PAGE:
Saturday, 13 April 2013

Al Fresco Scratching and Daubing.

Stage 1. Find suitably paintogenic location; hopefully not too far from where the Compact Royce can reach. Go to spot several times just to survey it. Think about it some more. And some more. Decision time.  

Stage 2. Load the car with every possible piece of kit imaginable, even with stuff you know you won't need (like a magic wand). Haul it all to the site. Breathe deeply. Do arm swinging exercises (Bauhaus style). Start daubing.

Stage 3. Will I keep the finished job? 

The answer is 'possibly'. I'll hold onto it for a while, until I go back for a second, more simplified, stab. I do tend to destroy more than I keep.


  1. Fun. I like it. Makes me want to take the kids to the nature park today for an art outing.

  2. keep slogging away, Cro, there is something about that scene that captures your imagination.

  3. I agree with Taradharma. Just keep it up. You'll get better and better. Your style is obvious. Sometimes artists strive to develop one for years and you've got an interesting one already. If you don't have a sketch book-get one and use it. You can elaborate on what you've done already.

    By the way-we had a very successful trip to Paris and we took your advice and visited the Medieval Cluny museum. It was awesome, really. I love those old Medieval style paintings. The style is so fun and you can actually get right next to them and study as much as you want. The idea that things were so old took our breath away. Interesting about the king statues missing the heads as they were lopped off during the revolution and found not too long ago in the basement of either the Louvre or Notre Dame-can't remember which.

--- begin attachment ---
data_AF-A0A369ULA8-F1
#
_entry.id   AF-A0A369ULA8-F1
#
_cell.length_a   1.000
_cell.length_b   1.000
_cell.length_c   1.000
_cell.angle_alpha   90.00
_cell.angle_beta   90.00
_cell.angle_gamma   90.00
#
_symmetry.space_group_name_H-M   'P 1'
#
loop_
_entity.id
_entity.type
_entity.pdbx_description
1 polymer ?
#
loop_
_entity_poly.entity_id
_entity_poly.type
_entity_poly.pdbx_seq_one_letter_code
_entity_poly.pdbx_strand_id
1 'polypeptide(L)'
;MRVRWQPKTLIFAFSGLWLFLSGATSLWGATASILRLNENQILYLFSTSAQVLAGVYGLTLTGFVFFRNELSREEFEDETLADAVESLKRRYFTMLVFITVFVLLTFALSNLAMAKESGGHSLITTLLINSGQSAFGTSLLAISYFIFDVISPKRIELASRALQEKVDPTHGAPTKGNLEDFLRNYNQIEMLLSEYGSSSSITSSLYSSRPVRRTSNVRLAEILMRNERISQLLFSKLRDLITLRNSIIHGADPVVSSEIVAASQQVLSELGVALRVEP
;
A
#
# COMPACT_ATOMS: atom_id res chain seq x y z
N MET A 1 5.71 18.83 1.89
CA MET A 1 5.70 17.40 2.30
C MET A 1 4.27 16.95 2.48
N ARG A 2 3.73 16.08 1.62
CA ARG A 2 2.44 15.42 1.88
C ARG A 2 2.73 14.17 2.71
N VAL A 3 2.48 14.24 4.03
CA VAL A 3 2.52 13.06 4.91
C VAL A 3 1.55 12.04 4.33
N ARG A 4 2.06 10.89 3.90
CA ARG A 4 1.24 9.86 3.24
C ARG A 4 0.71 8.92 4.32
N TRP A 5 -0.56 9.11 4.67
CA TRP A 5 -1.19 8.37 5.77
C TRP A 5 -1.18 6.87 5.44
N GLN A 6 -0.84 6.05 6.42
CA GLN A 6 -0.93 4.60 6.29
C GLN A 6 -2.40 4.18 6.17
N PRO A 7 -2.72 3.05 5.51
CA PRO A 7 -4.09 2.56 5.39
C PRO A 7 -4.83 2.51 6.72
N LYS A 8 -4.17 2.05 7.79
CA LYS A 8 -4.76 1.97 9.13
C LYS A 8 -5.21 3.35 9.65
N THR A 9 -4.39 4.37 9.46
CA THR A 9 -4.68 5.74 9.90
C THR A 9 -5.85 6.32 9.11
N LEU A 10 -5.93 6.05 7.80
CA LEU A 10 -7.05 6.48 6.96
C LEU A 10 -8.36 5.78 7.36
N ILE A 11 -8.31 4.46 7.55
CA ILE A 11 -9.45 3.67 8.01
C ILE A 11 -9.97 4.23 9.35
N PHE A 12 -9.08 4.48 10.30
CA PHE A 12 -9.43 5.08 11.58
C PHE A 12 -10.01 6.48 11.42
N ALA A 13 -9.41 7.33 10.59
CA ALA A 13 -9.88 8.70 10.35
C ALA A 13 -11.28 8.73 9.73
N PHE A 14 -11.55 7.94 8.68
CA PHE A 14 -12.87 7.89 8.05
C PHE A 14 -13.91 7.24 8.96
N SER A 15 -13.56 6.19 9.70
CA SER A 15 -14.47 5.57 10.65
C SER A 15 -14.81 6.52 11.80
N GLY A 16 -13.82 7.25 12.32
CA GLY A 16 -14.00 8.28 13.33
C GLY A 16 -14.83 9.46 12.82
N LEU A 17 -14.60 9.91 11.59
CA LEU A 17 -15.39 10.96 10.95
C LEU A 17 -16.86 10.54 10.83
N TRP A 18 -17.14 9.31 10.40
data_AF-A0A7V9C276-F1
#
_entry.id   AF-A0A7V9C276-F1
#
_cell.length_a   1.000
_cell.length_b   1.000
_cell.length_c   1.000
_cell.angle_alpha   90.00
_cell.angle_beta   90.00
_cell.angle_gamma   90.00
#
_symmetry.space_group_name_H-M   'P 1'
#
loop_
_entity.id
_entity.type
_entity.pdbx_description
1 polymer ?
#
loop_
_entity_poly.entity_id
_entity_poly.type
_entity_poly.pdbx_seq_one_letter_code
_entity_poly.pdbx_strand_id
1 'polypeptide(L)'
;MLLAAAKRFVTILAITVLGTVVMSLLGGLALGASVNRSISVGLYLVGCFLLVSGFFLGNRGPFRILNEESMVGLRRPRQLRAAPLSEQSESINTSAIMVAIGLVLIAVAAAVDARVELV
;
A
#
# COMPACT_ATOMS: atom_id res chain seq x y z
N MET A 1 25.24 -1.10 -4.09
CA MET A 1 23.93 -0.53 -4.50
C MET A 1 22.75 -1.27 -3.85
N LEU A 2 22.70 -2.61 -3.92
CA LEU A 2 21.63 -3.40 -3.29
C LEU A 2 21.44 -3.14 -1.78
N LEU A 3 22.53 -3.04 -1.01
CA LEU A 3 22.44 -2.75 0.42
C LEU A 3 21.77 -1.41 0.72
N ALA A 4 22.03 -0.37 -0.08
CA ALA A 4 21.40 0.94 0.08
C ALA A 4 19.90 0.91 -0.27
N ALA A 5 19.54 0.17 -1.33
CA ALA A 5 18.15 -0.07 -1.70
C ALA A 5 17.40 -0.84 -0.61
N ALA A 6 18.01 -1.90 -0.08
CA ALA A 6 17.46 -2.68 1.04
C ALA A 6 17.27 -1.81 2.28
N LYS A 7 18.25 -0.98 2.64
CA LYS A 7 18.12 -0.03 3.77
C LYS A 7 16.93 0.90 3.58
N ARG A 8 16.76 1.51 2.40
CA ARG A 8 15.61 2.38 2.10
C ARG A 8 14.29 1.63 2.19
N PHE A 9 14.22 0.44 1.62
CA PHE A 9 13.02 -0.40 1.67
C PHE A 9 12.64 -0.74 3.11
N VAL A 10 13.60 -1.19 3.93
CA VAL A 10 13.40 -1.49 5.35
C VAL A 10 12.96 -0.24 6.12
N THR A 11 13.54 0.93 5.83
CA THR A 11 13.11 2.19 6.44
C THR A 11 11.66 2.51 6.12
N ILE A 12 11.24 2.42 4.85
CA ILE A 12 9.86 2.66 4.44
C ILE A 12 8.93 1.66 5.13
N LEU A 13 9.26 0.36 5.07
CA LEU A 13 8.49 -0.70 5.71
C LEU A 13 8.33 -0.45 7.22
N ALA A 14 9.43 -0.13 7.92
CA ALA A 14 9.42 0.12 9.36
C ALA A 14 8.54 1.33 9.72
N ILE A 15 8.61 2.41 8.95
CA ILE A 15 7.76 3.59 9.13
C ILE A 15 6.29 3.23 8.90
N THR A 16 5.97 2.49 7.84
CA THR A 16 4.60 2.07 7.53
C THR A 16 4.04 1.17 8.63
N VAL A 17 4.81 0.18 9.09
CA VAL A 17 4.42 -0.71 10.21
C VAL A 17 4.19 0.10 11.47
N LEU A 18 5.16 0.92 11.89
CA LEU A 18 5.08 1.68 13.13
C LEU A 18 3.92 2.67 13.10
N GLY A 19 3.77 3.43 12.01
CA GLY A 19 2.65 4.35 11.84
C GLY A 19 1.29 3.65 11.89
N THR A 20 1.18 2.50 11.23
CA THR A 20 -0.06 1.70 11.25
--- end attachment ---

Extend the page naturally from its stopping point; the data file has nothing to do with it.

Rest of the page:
But I can understand why you love that fair city. It is unbelievable. After we had been all through Versailles and the grounds I asked my husband if he wouldn't mind going through the palace a second time! It took my breath away and I couldn't get enough. I ordered a gorgeous coffee table book of Notre Dame (the paintings! Oh the paintings!) Plan on getting a Versailles book also. I can't find anywhere on the internet who the artist was that painted the cupboard doors inside the Cathedral treasury. Sooooo cool!


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